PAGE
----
A panel of three Court of Appeal (CoA) judges has promised to clarify the interpretation of the constitution regarding Presidential powers in relation to the appointment of judges, in a case in which President Ian Khama is sued for refusing to appoint attorney Omphemetse Motumise to the bench.
Section 96(2) of the Botswana constitution, which addresses the appointment of judges, took centre stage. It stipulates that "judges of the High Court shall be appointed by the President, acting in accordance with the advice of the Judicial Service Commission." One of the judges, Justice Abednigo Tafa made the promise, after asking Advocate Anwar Albertus-representing Khama and AGs, what he makes of the wording "the President shall appoint (and not may)in accordance with the recommendation of the JSC", to which the lawyer said it is not clear.
Throughout the arguments in court on Monday it was clear that the contest was over semantics of whether the two words 'must' and 'shall' carry a different meaning. Albertus depended heavily on the wording on the Constitution of South Africa, which he said clearly stipulates that the President must appoint while the local version uses the word shall. He, however, struggled to give a convincing answer on the difference in meaning between the two words when quizzed by Justice Phadi Solomon. Instead he stuck to his guns insisting that the SA constitution is clearer that the president has an obligation to appoint where the JSC has prepared a suppemented list while on the contrary there is no such mandatory language in the Botswana constitution.
Albertus argued that the President had a discretion whether or not to appoint those individuals recommended by the JSC
Motumise and the Law Society of Botswana, through Advocate Wim Trengove argued that Khama acted improperly when he declined to appoint Mr Motumise, as the Constitution obliged him to appoint the individual recommended by the JSC. Trengove said that, given the wording "in accordance with the advice of", in the Botswana Constitution, it should be clear that the President has no discretion to appoint a candidate recommended by the JSC.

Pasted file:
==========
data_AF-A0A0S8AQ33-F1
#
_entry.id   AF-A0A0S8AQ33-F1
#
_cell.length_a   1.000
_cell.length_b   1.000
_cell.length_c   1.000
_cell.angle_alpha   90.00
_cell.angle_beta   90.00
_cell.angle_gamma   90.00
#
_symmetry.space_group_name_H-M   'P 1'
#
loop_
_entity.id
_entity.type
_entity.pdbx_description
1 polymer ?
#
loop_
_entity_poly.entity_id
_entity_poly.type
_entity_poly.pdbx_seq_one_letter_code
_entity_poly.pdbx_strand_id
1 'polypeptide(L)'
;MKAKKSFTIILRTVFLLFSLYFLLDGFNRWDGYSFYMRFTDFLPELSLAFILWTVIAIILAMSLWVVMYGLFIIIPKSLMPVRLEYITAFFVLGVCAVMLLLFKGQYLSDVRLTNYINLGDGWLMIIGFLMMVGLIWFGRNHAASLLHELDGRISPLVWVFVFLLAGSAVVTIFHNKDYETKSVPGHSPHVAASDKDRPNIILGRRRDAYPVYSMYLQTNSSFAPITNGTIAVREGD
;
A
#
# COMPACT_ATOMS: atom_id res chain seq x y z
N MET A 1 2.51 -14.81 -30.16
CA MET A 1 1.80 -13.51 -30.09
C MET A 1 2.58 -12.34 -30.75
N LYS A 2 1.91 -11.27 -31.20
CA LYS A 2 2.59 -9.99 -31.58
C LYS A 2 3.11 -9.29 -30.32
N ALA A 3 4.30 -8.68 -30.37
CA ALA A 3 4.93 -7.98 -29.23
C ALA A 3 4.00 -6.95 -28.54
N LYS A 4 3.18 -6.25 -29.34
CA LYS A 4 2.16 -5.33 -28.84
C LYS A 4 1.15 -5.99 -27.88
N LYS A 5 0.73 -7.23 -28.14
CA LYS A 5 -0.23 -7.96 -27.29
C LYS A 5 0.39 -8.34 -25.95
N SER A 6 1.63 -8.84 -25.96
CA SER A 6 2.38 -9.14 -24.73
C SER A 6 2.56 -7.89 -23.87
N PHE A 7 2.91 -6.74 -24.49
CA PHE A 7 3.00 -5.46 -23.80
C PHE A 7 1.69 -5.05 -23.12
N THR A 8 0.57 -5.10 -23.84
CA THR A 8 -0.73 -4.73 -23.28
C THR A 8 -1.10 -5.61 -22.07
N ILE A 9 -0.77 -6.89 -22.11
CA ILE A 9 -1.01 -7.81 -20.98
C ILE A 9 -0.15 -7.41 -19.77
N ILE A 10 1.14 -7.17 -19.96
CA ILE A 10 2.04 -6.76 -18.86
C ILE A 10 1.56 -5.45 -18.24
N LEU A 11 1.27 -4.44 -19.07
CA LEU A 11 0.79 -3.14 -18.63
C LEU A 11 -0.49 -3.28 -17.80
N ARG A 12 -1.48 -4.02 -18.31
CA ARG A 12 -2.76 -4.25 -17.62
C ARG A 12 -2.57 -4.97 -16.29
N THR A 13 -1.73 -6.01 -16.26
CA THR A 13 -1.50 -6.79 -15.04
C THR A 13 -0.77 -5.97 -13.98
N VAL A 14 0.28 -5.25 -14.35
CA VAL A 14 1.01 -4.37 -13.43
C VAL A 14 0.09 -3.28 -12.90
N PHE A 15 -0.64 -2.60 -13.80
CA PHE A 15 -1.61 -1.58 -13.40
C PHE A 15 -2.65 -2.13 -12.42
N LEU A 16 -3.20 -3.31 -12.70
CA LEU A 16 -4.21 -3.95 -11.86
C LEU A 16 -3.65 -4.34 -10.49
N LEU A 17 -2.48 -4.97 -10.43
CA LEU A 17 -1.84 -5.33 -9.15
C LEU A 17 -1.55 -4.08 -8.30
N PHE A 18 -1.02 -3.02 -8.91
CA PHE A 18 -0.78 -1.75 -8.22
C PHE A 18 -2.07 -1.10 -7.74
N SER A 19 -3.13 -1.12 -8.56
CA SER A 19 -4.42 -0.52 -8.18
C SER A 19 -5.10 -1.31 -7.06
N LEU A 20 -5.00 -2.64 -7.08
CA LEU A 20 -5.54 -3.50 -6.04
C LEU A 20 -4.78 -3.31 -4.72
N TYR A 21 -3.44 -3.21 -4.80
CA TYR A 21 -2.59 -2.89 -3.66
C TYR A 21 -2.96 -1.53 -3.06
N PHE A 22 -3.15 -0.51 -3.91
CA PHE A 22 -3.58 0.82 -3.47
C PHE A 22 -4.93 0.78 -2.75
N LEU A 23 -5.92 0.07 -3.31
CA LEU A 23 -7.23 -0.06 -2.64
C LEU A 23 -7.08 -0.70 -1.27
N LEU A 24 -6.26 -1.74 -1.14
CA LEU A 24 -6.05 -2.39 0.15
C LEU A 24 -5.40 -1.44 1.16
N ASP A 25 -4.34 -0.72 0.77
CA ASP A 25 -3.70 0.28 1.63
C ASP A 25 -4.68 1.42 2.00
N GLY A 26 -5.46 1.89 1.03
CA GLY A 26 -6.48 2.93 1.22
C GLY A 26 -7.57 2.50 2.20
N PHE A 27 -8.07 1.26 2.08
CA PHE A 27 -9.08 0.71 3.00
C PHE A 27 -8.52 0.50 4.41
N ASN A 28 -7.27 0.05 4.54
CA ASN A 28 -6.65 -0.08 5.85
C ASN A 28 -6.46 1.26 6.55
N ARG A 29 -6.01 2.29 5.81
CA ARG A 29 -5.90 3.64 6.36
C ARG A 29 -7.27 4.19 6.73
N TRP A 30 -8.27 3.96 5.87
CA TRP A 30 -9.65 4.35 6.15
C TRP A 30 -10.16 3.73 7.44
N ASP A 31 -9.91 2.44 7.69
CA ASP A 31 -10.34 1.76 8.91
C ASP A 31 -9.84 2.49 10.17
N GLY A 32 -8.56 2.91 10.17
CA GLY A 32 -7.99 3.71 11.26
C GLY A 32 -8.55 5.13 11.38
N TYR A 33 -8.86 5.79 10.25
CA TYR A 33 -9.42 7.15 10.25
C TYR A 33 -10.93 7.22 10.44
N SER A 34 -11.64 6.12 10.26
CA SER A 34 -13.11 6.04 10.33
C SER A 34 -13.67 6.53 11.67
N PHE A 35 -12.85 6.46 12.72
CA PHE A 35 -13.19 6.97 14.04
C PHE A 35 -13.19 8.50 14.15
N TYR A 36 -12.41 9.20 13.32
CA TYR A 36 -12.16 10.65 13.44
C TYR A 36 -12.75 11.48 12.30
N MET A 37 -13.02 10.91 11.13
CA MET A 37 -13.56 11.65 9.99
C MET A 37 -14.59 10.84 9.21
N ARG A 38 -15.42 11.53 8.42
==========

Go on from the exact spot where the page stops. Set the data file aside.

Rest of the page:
Motumise and the LSB also wanted court to order that the interviews before the JSC should be open to the public and that the outcome of the JSC's deliberations be disclosed; and that the representative of the Law Society who sits in the JSC should be entitled to consult with the Law Society on all matters related to judicial appointments.
Khama's lawyers also insist that JSC's interviews should not be held in public, as the LSB and Motumise want court to declare. They cite section 103 of the constitution, arguing that it gives powers to JSC to conduct interviews in camera. Sec103 (5) states: "The commision may regulate its own procedure and, subject to that procedure may act notwithstanding any vacancy in its membership or the absence of any member and its proceedings shall not be invalidated by the presence or participation of any person not entitled to be present at or to participate in those proceedings."
Albertus also argued that there are situations where the President acts with a prerogative power, and that in such situations he is simply not subject to review. He said that the decision would only be reviewable if it affected someone's rights or legitimate expectations, and that in the case of judicial appointments no one has a right or even a legitimate expectation to be appointed, and so there cannot be a review of the President's decision. Trengove had earlier argued that in a constitutional democracy like Botswana all public power has to be reviewable. He said it would be if the court accepts that the constitution does not empower the President to appoint judges then the court will have to set aside the decision. He, however, said even if the court finds that the President can choose to not appoint a recommended candidate, this specific decision should be ruled irrational as the President did not provide reasons for why he did not appoint Mr Motumise.
Judgement has been reserved to a later date.